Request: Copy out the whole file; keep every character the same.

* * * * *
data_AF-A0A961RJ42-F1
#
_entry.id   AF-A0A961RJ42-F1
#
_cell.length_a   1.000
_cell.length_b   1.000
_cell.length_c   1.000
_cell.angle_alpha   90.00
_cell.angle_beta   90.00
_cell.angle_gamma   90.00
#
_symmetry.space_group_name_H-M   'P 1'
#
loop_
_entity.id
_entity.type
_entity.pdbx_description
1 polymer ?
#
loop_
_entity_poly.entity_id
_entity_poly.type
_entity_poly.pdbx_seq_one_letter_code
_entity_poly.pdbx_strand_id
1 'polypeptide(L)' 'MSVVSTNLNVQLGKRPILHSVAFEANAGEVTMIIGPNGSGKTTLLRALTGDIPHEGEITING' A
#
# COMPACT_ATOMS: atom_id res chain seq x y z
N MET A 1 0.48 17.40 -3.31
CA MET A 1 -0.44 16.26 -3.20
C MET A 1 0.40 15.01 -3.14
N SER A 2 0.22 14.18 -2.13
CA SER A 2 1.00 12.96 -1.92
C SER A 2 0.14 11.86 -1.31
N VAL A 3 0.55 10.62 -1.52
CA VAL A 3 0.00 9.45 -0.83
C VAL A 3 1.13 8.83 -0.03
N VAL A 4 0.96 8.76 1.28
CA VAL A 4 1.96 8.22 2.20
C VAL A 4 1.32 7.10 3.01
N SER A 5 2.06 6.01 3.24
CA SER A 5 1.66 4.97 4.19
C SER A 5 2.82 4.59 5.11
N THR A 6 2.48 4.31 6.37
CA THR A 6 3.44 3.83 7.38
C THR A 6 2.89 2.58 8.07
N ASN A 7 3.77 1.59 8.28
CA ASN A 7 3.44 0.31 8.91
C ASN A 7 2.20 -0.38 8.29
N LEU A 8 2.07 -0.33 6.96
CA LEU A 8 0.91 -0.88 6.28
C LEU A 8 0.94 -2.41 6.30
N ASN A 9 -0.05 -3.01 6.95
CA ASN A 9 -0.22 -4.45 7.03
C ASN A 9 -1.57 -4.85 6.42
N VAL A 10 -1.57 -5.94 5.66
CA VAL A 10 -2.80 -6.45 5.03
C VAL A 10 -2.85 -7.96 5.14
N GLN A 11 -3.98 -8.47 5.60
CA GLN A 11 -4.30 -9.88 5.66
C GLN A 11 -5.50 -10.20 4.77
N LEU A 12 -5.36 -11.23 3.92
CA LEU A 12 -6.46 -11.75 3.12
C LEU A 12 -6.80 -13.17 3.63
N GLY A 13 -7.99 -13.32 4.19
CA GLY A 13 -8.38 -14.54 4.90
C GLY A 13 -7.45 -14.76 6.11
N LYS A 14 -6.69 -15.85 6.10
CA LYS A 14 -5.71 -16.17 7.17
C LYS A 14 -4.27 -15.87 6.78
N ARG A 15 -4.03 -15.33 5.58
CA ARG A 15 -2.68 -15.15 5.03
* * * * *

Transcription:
data_AF-A0A961RJ42-F1
#
_entry.id   AF-A0A961RJ42-F1
#
_cell.length_a   1.000
_cell.length_b   1.000
_cell.length_c   1.000
_cell.angle_alpha   90.00
_cell.angle_beta   90.00
_cell.angle_gamma   90.00
#
_symmetry.space_group_name_H-M   'P 1'
#
loop_
_entity.id
_entity.type
_entity.pdbx_description
1 polymer ?
#
loop_
_entity_poly.entity_id
_entity_poly.type
_entity_poly.pdbx_seq_one_letter_code
_entity_poly.pdbx_strand_id
1 'polypeptide(L)' 'MSVVSTNLNVQLGKRPILHSVAFEANAGEVTMIIGPNGSGKTTLLRALTGDIPHEGEITING' A
#
# COMPACT_ATOMS: atom_id res chain seq x y z
N MET A 1 0.48 17.40 -3.31
CA MET A 1 -0.44 16.26 -3.20
C MET A 1 0.40 15.01 -3.14
N SER A 2 0.22 14.18 -2.13
CA SER A 2 1.00 12.96 -1.92
C SER A 2 0.14 11.86 -1.31
N VAL A 3 0.55 10.62 -1.52
CA VAL A 3 0.00 9.45 -0.83
C VAL A 3 1.13 8.83 -0.03
N VAL A 4 0.96 8.76 1.28
CA VAL A 4 1.96 8.22 2.20
C VAL A 4 1.32 7.10 3.01
N SER A 5 2.06 6.01 3.24
CA SER A 5 1.66 4.97 4.19
C SER A 5 2.82 4.59 5.11
N THR A 6 2.48 4.31 6.37
CA THR A 6 3.44 3.83 7.38
C THR A 6 2.89 2.58 8.07
N ASN A 7 3.77 1.59 8.28
CA ASN A 7 3.44 0.31 8.91
C ASN A 7 2.20 -0.38 8.29
N LEU A 8 2.07 -0.33 6.96
CA LEU A 8 0.91 -0.88 6.28
C LEU A 8 0.94 -2.41 6.30
N ASN A 9 -0.05 -3.01 6.95
CA ASN A 9 -0.22 -4.45 7.03
C ASN A 9 -1.57 -4.85 6.42
N VAL A 10 -1.57 -5.94 5.66
CA VAL A 10 -2.80 -6.45 5.03
C VAL A 10 -2.85 -7.96 5.14
N GLN A 11 -3.98 -8.47 5.60
CA GLN A 11 -4.30 -9.88 5.66
C GLN A 11 -5.50 -10.20 4.77
N LEU A 12 -5.36 -11.23 3.92
CA LEU A 12 -6.46 -11.75 3.12
C LEU A 12 -6.80 -13.17 3.63
N GLY A 13 -7.99 -13.32 4.19
CA GLY A 13 -8.38 -14.54 4.90
C GLY A 13 -7.45 -14.76 6.11
N LYS A 14 -6.69 -15.85 6.10
CA LYS A 14 -5.71 -16.17 7.17
C LYS A 14 -4.27 -15.87 6.78
N ARG A 15 -4.03 -15.33 5.58
CA ARG A 15 -2.68 -15.15 5.03